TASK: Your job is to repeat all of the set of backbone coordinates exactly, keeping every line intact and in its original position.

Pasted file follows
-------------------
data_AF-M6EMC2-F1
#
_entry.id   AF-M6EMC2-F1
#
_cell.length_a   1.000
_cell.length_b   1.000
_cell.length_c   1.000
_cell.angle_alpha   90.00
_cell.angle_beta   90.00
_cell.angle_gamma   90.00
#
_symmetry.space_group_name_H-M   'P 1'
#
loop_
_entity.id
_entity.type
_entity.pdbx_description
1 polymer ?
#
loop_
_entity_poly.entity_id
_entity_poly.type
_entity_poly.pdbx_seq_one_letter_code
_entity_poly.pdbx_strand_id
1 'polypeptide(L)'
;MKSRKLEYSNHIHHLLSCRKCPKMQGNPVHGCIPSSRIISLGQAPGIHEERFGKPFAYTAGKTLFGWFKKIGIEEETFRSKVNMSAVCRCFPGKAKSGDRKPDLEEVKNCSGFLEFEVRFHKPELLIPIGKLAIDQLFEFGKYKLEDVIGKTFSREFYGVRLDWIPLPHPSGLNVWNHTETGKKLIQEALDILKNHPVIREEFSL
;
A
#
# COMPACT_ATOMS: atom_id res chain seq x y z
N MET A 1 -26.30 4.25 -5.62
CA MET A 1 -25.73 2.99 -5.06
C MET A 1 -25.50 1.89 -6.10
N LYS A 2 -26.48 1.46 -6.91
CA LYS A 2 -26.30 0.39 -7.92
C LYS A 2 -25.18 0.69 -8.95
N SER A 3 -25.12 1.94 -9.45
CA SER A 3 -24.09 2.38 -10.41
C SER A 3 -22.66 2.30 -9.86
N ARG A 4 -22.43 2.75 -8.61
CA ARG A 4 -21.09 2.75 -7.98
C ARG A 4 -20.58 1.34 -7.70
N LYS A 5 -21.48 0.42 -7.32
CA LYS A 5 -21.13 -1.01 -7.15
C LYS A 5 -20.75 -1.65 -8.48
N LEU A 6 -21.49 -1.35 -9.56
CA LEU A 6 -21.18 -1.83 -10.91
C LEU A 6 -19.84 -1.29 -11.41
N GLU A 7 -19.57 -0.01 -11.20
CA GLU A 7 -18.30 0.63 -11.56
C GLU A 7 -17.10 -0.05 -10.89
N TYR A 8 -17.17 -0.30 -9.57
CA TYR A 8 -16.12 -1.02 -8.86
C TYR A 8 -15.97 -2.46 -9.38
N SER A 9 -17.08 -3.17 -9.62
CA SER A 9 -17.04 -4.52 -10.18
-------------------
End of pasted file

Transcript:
data_AF-M6EMC2-F1
#
_entry.id   AF-M6EMC2-F1
#
_cell.length_a   1.000
_cell.length_b   1.000
_cell.length_c   1.000
_cell.angle_alpha   90.00
_cell.angle_beta   90.00
_cell.angle_gamma   90.00
#
_symmetry.space_group_name_H-M   'P 1'
#
loop_
_entity.id
_entity.type
_entity.pdbx_description
1 polymer ?
#
loop_
_entity_poly.entity_id
_entity_poly.type
_entity_poly.pdbx_seq_one_letter_code
_entity_poly.pdbx_strand_id
1 'polypeptide(L)'
;MKSRKLEYSNHIHHLLSCRKCPKMQGNPVHGCIPSSRIISLGQAPGIHEERFGKPFAYTAGKTLFGWFKKIGIEEETFRSKVNMSAVCRCFPGKAKSGDRKPDLEEVKNCSGFLEFEVRFHKPELLIPIGKLAIDQLFEFGKYKLEDVIGKTFSREFYGVRLDWIPLPHPSGLNVWNHTETGKKLIQEALDILKNHPVIREEFSL
;
A
#
# COMPACT_ATOMS: atom_id res chain seq x y z
N MET A 1 -26.30 4.25 -5.62
CA MET A 1 -25.73 2.99 -5.06
C MET A 1 -25.50 1.89 -6.10
N LYS A 2 -26.48 1.46 -6.91
CA LYS A 2 -26.30 0.39 -7.92
C LYS A 2 -25.18 0.69 -8.95
N SER A 3 -25.12 1.94 -9.45
CA SER A 3 -24.09 2.38 -10.41
C SER A 3 -22.66 2.30 -9.86
N ARG A 4 -22.43 2.75 -8.61
CA ARG A 4 -21.09 2.75 -7.98
C ARG A 4 -20.58 1.34 -7.70
N LYS A 5 -21.48 0.42 -7.32
CA LYS A 5 -21.13 -1.01 -7.15
C LYS A 5 -20.75 -1.65 -8.48
N LEU A 6 -21.49 -1.35 -9.56
CA LEU A 6 -21.18 -1.83 -10.91
C LEU A 6 -19.84 -1.29 -11.41
N GLU A 7 -19.57 -0.01 -11.20
CA GLU A 7 -18.30 0.63 -11.56
C GLU A 7 -17.10 -0.05 -10.89
N TYR A 8 -17.17 -0.30 -9.57
CA TYR A 8 -16.12 -1.02 -8.86
C TYR A 8 -15.97 -2.46 -9.38
N SER A 9 -17.08 -3.17 -9.62
CA SER A 9 -17.04 -4.52 -10.18